Since Pluto's demotion, I've believed there should be some limitations on what could be considered a moon.
Otherwise, like Metryq said, every rock bigger than a baseball in Saturn's rings could be called a moon.
"Every rock bigger than a baseball in Saturn's rings" wouldn't show up as a distinct object in a telescope, though, and therefore wouldn't be identified and named and wouldn't be considered a moon.
It's sorta like the definition of "Island." The cutoff seems to be mostly arbitrary, but a good rule of thumb is that if it's too small to be labeled on a map, it's probably not really an island.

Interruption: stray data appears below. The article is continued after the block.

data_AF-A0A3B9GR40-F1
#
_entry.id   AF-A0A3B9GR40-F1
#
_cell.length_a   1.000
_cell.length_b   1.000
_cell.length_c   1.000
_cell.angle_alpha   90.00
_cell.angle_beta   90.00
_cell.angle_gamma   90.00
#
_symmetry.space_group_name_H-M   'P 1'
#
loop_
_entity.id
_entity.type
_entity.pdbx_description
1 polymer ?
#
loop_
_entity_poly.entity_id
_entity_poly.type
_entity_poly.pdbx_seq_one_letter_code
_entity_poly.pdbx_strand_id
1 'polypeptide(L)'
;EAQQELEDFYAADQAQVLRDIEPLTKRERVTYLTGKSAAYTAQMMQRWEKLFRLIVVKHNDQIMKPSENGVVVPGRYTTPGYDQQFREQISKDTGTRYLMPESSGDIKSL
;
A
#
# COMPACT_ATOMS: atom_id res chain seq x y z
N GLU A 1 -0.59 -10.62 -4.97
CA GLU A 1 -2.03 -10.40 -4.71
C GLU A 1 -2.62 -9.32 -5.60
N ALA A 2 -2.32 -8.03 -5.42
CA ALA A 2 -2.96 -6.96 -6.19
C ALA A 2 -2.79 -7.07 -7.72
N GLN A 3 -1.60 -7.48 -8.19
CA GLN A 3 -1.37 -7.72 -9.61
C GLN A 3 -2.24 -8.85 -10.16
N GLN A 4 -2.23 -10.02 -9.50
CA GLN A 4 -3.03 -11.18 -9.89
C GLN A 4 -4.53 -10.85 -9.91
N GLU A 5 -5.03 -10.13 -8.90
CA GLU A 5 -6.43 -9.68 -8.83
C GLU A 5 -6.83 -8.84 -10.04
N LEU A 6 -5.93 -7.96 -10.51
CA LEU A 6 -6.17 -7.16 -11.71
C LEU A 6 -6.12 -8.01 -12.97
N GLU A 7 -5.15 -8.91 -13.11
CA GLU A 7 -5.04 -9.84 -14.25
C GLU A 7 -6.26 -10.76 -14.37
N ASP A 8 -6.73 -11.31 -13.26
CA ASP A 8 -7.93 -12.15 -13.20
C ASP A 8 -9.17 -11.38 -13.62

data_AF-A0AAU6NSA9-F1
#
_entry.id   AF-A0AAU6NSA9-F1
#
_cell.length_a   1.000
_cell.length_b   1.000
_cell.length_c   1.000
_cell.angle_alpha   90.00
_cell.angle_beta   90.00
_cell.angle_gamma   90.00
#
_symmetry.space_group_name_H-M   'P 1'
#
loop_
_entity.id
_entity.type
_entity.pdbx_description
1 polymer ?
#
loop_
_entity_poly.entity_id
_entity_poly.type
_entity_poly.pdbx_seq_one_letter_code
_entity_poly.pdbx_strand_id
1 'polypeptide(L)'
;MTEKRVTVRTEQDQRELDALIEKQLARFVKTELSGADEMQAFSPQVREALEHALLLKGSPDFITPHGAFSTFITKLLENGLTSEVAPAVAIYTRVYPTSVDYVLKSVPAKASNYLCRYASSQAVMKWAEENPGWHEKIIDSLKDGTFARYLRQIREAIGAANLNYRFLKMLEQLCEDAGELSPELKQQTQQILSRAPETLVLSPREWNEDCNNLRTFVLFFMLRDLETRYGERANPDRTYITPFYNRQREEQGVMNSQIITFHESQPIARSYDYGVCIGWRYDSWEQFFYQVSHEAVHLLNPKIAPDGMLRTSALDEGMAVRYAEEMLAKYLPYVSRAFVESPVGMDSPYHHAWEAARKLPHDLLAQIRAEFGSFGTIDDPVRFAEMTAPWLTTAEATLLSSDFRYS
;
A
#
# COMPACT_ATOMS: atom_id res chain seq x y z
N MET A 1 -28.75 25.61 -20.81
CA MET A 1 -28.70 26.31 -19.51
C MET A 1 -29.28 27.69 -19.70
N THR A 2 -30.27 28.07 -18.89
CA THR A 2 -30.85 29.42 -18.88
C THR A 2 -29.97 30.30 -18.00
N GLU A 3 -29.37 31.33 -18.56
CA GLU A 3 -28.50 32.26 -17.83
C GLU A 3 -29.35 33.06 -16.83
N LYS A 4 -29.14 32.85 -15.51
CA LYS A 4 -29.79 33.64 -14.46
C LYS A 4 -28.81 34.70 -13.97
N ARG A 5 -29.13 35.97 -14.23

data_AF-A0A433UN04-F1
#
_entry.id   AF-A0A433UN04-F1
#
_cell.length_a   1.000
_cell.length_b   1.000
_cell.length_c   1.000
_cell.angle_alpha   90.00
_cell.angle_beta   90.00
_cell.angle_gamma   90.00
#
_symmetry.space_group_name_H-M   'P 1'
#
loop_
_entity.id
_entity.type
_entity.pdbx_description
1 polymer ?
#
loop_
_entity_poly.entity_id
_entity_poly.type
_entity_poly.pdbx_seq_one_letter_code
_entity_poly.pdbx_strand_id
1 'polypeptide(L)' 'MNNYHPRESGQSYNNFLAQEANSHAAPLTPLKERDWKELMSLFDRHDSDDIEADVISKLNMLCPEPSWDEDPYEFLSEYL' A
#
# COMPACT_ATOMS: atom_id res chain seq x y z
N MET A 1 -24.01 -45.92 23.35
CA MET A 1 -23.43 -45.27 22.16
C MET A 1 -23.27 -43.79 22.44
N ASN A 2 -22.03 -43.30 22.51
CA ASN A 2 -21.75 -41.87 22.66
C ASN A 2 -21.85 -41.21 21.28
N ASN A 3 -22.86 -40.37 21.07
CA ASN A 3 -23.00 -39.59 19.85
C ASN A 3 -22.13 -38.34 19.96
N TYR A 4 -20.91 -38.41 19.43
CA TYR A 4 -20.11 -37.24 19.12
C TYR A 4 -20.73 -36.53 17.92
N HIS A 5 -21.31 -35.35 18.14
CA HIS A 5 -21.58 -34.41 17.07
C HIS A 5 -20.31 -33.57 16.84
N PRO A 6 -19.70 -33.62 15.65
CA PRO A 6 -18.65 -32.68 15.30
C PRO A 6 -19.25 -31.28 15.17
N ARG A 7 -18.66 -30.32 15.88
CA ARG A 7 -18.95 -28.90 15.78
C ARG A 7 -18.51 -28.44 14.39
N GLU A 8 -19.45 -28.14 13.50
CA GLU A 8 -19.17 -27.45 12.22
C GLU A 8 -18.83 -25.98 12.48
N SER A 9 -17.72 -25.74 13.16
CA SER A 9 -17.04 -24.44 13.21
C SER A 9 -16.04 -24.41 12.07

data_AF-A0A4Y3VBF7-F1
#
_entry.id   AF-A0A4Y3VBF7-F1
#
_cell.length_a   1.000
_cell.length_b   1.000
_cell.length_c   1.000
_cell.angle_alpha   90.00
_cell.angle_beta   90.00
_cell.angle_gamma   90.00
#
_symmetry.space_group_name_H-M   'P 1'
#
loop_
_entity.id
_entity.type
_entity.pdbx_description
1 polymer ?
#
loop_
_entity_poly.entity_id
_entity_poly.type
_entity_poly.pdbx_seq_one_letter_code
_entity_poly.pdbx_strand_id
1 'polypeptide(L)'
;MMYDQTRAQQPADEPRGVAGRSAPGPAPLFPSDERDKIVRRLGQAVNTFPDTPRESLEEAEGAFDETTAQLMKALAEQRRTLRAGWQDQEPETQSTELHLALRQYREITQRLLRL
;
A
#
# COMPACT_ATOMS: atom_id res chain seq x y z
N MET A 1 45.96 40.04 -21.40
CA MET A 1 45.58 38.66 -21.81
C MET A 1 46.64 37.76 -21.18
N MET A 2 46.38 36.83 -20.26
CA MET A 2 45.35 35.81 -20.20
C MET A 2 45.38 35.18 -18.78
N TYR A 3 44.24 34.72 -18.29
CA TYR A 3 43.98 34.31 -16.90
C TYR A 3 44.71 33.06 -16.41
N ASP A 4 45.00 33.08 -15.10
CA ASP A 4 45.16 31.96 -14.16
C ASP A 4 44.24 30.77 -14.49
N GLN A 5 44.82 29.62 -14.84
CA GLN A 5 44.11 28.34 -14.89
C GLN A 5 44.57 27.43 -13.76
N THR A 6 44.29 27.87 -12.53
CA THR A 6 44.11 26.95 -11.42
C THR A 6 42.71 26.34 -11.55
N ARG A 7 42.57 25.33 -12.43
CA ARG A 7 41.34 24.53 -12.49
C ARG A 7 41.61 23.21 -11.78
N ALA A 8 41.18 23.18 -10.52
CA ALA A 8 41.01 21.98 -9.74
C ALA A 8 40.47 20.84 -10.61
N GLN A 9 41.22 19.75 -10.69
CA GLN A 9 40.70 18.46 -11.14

Significantly, Jupiter has something like 60 moons, but astronomers -- and anyone else, for that matter -- only really care about the four major ones, the rest are just puny little asteroids zipping about in random orbits.